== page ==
10 Years On: Why Menstrual Hygiene Management Still Matters

10 Years On: Why Menstrual Hygiene Management Still Matters

This year, May 28 marks ten years of the existence of Menstrual Hygiene Day, which highlights the importance of Menstrual Hygiene Management - or the lack thereof. Close to 2 billion people worldwide menstruate each month, which accounts for a few hundred million each day - and yet menstrual hygiene and reproductive health still remain stigmatized, underrepresented, and misunderstood. 

Menstrual Hygiene Management comprises four components: Awareness, Access, Use, and Waste Management. The lack of development in all four of these categories is what is keeping the narrative of MHM around the world so slow. Let us address these one by one:



Awareness refers to the socio-cultural aspects and norms surrounding menstruation, which are built by one’s personal experiences in family, school, and social surroundings. In the present day and age, information on social media and the internet also has a significant impact on this. According to a report called ‘Spot On! Improving Menstrual Hygiene in India’ by Dasra - 70% of menstruators consider their periods to be ‘dirty’, even after all the information available everywhere, thus propagating more silence over the issue. It is imperative to understand that menstruation is a normal bodily process! Almost 50% of young menstruators don’t even know about periods before they get their first one (1). And of course, the lack of information doesn’t end there, it goes on and on with superstitions like not taking a shower during menstruation, not entering the kitchen, or not being in the same house as others. This may not be a reality for many urban folk, but it is for many tribes and rural communities. 



The second pillar to be tackled is access to menstrual hygiene products. Statistics go on to show that more than half of the menstruators in India don’t have access to pads or proper sanitary products. The problem goes deeper, as even if products are provided - there is a lack of clean toilets, proper water supply, and privacy to take care of one’s body during menstruation. Bodily hygiene is very important to be taken care of, especially during periods. So, when half the menstruators don’t even have access to basic sanitation, then the narrative of MHM for everyone is a far cry.



The next pillar of MHM is the use of products. This refers to the use of menstrual hygiene products - which doesn’t just mean menstrual products, but also sanitation resources and maintenance of one’s own hygiene. Individuals aren’t taught how to use menstrual products properly, or how to maintain proper hygiene during it - and because of the lack of the narrative in normal conversations, these misconceptions always go unresolved. People who’ve used leaves and rags as pads, get intimidated by disposable pads when they’re introduced to it; that hesitance is never addressed and hence the goal to normalize MHM is difficult to achieve.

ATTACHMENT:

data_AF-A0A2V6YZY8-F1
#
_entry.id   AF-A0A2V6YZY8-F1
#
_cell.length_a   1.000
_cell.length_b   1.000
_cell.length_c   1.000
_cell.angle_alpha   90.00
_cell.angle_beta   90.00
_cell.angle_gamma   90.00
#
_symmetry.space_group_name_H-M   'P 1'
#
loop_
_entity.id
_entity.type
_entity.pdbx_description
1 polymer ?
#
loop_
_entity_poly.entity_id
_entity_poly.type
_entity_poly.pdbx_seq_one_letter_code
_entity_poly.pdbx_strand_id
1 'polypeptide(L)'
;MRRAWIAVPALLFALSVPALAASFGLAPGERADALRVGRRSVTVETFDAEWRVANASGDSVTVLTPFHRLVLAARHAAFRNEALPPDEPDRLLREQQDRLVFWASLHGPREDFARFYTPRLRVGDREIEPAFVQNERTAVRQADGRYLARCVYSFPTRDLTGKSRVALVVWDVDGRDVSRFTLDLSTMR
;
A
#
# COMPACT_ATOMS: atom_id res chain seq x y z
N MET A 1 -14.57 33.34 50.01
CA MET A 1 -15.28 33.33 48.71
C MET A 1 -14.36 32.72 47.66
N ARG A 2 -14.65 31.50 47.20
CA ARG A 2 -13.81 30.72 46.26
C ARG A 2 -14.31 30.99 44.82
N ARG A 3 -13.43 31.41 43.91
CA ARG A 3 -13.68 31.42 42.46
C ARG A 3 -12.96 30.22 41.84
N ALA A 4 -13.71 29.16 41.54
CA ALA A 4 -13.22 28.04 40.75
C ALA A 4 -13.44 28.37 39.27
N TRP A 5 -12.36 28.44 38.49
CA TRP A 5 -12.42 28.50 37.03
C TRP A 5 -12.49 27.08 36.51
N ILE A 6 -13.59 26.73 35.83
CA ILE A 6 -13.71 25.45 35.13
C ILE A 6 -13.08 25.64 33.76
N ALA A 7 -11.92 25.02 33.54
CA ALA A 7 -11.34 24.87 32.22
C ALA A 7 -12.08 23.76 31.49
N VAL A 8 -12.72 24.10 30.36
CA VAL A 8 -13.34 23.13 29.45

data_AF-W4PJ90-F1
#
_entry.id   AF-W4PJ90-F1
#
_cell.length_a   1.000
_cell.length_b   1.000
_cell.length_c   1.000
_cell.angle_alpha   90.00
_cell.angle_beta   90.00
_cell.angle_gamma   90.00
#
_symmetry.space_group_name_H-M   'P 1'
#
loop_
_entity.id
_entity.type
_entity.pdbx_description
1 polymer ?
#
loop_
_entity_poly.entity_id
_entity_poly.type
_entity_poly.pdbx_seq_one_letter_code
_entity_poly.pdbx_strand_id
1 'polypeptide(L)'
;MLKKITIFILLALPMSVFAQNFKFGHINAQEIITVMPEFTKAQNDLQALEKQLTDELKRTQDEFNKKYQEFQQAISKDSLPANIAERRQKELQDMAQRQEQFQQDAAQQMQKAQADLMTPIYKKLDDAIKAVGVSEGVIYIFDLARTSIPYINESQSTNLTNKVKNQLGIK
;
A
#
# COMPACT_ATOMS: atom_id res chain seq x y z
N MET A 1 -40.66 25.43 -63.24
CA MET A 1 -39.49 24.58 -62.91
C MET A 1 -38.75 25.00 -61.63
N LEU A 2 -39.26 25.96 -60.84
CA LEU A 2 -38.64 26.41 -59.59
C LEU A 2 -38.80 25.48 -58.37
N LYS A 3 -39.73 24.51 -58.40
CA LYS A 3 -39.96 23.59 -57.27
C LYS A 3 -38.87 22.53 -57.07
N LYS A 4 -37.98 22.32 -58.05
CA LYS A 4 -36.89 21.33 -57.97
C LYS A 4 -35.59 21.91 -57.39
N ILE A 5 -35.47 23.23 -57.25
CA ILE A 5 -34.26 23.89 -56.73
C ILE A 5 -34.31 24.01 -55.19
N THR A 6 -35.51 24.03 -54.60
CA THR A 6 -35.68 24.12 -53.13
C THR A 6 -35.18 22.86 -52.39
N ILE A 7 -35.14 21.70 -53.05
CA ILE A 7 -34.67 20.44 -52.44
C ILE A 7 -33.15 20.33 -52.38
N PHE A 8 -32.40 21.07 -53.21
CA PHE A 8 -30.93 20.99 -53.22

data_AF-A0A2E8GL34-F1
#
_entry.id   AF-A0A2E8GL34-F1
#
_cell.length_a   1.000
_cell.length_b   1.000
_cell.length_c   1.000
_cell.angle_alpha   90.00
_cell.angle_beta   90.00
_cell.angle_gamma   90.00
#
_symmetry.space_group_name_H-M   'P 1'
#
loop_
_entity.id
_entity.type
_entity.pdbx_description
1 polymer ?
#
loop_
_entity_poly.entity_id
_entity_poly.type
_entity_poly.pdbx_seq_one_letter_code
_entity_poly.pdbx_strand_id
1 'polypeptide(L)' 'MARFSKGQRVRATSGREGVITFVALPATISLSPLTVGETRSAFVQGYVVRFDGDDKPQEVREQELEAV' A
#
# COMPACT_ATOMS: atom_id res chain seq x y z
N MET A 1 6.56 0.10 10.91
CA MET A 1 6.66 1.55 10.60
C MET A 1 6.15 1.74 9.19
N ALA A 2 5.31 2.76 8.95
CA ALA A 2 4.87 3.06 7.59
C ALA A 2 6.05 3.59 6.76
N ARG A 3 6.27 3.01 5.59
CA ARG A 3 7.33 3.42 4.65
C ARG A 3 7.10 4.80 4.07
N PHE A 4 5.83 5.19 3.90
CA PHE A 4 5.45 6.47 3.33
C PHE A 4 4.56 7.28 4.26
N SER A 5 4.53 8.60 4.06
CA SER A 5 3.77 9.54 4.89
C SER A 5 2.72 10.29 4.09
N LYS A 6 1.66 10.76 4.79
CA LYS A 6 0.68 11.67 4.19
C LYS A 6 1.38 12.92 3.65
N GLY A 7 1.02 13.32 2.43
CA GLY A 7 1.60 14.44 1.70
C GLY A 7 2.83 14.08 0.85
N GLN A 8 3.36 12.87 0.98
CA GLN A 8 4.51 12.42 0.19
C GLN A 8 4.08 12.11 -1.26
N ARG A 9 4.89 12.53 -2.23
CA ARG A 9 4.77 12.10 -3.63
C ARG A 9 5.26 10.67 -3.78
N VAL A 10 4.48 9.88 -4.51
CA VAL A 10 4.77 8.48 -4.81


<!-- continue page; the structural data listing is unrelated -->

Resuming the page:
Waste Management

This is a global issue, with folks from all strata of society. Once all the previous pillars are attained, and even if everyone is taught how to use the menstrual products of their choice - disposing them is a major obstacle. Because commercial pads contain plastic, that is a burden to the planet. And most landfills and fields end up being a dumping ground for these pads creating a plastic pollution problem. Biodegradable options such as Saathi pads can be composted instead addressing the plastic pollution problem. Proper composting conditions including using microbes and worms will ensure best results. 

Normalizing menstruation is a dynamic and systemic change, but all these changes begin on a grassroots level - in our homes. Information and knowledge can only be imparted if there are open minds to accept it, and hence all this positive cascade begins with tackling the stigma and taboos in the society. Menstruators ought to empower each other and make each other confident and smart about normal biological processes. And then the consequent step is to involve influencers like family, friends, school, and officials into this narrative and make all societies and communities period friendly. 

But what would a period friendly world look like? Tune into our blog next week to find out more! 

Till then - Let us join hands, educate, talk, discuss, and make periods normal, safe, and happy!


(1) https://pubmed.ncbi.nlm.nih.gov/26936906/

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